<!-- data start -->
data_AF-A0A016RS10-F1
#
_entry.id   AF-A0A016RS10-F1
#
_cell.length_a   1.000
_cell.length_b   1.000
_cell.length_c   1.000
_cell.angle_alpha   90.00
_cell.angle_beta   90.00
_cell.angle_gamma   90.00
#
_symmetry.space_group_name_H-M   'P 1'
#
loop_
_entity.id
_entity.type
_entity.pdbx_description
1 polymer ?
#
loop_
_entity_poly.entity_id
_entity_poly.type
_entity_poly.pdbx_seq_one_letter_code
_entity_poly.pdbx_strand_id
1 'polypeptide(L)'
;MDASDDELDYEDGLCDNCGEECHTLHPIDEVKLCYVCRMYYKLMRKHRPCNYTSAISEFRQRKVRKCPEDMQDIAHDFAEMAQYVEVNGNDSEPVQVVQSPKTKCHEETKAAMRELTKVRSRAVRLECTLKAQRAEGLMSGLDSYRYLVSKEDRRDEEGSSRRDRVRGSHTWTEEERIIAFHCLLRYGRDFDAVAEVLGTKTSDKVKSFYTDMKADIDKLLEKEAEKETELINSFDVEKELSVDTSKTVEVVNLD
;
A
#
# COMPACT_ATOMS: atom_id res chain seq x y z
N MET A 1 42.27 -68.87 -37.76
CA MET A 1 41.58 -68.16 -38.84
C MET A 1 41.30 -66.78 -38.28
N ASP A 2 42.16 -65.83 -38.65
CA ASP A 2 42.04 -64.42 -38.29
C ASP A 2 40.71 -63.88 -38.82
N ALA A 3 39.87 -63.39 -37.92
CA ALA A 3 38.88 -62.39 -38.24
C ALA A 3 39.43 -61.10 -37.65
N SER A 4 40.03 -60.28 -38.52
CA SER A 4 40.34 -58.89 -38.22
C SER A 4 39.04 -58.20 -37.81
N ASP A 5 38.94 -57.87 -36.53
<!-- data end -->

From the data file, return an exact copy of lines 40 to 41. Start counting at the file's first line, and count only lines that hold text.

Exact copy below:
N SER A 4 40.03 -60.28 -38.52
CA SER A 4 40.34 -58.89 -38.22